4. The local media have their role there. RTE's coverage is confined to a discussion of the main issues being raised across the country.
5. RTE was of the opinion that it acted in a manner fair to all interests concerned, that it was objective and impartial and did not express its own views on the matter.
Decision of the Commission:
1. The Broadcasting Complaints Commission was of the view that the broadcast did give an unfair advantage to the candidates concerned in the course of the election campaign. In this way the broadcast was not fair to all interests concerned.
2. The Broadcasting Complaints Commission rejected the contention that the broadcast was not presented in an objective and impartial manner, and without expression of the Authority's own views.
Signed: R Murphy
Chairperson, Broadcasting Complaints Commission
Published in RTÉ Guide 24 March 2000
Comment by Mr Richard Greene:
1. What this decision seems to mean, is that RTE is within the law in selecting and promoting particular candidates,even if the result is "not fair to all interests concerned".
This decision has serious implications for all future elections. It is probable that the principle can be extended to referendums, as well.
2. It is also a decision that seems to be in conflict with a regulation claimed to have been issued to RTE staff. According to one of RTE's presenters, the regulation was that, if one candidate (in a ward) were mentioned, all candidates (of that ward) would have to be mentioned. This comment arose on a discussion on sport. If correct, this principle would have to apply with even greater strength to an interview.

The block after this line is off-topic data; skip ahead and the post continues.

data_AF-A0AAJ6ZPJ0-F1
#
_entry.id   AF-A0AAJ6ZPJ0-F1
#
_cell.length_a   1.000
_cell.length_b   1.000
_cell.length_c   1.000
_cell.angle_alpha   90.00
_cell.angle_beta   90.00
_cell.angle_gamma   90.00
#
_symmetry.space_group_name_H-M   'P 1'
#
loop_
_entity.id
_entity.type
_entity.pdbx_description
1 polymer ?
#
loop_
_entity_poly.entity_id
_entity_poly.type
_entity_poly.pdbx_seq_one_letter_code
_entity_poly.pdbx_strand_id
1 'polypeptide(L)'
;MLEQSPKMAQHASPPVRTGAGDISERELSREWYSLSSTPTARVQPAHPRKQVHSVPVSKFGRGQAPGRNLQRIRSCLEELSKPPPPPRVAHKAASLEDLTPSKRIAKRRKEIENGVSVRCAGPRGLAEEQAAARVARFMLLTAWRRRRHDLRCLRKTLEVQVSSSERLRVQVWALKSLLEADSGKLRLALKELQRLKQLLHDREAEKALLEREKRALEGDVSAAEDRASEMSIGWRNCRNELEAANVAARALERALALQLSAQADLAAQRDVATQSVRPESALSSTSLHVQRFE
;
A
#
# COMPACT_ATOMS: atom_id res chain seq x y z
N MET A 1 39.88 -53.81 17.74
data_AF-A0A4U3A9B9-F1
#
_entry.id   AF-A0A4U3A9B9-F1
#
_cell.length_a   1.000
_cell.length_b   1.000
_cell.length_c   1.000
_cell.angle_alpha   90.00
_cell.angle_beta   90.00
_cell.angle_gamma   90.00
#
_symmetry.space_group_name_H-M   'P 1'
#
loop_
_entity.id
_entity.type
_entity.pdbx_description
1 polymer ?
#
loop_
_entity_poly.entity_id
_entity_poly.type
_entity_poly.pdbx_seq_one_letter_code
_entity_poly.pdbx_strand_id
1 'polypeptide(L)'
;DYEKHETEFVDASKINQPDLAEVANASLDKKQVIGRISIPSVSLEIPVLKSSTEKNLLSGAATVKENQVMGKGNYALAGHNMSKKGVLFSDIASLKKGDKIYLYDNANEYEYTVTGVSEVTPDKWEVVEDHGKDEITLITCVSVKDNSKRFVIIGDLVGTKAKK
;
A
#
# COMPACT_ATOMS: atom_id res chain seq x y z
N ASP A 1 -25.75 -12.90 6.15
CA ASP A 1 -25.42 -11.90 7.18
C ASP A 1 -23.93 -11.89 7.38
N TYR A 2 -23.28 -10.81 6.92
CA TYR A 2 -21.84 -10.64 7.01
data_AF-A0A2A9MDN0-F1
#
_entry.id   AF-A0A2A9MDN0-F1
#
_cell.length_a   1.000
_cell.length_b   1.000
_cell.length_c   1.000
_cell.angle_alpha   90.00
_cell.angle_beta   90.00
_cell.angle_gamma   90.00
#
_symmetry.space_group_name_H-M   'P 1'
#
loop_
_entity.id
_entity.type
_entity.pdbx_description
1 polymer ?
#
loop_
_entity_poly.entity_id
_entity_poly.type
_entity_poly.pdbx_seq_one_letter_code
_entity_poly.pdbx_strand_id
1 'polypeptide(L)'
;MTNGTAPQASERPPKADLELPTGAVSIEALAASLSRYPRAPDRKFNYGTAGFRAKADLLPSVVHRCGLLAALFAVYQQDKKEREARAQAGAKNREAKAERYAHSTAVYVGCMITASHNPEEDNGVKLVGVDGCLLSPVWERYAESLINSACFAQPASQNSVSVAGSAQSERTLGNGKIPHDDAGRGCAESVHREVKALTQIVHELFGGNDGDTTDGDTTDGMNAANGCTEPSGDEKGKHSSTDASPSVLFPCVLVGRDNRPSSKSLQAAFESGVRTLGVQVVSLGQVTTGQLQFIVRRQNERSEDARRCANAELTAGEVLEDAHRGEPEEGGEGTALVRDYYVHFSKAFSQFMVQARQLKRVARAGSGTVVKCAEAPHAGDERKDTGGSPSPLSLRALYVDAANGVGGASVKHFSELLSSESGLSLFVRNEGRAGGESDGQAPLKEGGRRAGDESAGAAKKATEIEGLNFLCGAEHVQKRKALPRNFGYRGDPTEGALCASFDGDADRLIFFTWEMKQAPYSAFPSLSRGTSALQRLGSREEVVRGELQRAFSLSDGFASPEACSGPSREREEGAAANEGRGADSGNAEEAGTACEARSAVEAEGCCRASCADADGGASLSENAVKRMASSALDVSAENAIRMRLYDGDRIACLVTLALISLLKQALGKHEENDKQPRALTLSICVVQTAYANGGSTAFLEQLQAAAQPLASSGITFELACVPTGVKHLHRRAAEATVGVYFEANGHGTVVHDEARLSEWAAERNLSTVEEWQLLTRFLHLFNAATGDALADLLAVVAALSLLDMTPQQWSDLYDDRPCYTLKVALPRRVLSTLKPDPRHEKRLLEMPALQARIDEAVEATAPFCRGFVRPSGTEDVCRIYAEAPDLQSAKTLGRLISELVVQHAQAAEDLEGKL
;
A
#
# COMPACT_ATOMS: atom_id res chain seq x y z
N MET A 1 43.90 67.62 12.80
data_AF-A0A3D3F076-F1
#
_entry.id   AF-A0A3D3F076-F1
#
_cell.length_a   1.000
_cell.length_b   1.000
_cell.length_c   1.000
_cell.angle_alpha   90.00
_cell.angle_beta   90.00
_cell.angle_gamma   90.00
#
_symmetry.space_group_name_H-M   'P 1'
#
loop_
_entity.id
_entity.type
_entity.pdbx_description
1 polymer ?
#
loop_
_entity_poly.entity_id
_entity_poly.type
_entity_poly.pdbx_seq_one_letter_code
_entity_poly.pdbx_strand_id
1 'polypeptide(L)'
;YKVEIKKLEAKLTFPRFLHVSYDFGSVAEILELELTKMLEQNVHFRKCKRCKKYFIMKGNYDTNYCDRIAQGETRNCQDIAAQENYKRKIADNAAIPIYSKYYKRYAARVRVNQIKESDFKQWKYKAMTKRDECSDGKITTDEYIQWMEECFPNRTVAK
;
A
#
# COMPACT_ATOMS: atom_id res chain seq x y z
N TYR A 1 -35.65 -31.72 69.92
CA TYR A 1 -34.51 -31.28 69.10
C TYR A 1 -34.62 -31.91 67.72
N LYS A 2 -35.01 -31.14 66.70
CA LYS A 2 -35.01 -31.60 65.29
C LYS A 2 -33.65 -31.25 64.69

The suggestion that all 3,000 candidates should have the same airtime as candidates for the European election is absurd, and was not made by the presenter, nor quoted by me.
(Extracted from Muintir na hÉireann website)
PROGRAMME: FIVE SEVEN LIVE
SUBJECT: Ms Patricia McKENNA, MEP
and EUROPEAN ELECTIONS
DATE: 10 June 1999
Complaint made by Mr Cass
SUMMARY OF COMPLAINT:
1. Mr Cass complained about the manner in which RTE gave coverage to the European Election Candidate Patricia McKenna, MEP, on the news/current affairs programme Five Seven live on 'moratorium day', Thursday June 10th.
2. Mr Cass stated that RTE not only breached the moratorium, but by giving air time to this candidate (and no other candidate), the Authority failed to demonstrate the required impartiality and fairness to all relevant interests.
3. In support of his complaint, Mr Cass made the following points:
RTE gave air time to Ms McKenna who was associated with a protest at the Smurfit AGM on 10th June - this protest clearly had a political content consistent with the Green Party's political agenda, and the broadcast referred at the outset to a "confrontation between Chairman Michael Smurfit and MEP Patricia McKenna".
Similar air time was not provided to any other candidate in this broadcast, raising issues of lack of balance and impartiality, on a designated "moratorium day".
4. RTE's apparent defence for its action is that:
It was considered that a very brief response on behalf of the protesters to points made by Dr Michael Smurfit in the interview, was necessary.
A 35-second response from Patricia McKenna was considered appropriate.
The moratorium which is observed by RTE has never applied to the coverage of news stories.
5. Mr Cass stated that this defence by RTE was unsatisfactory and unacceptable for the following reasons:
If RTE considered it necessary to give air time to someone other than Dr Smurfit in covering the protest at the Smurfit AGM, it was open to the Authority to interview a member of the protest group who was neither an election candidate nor a prominent member of a political party.
In the circumstances, a response of any duration from Ms McKenna was totally inappropriate.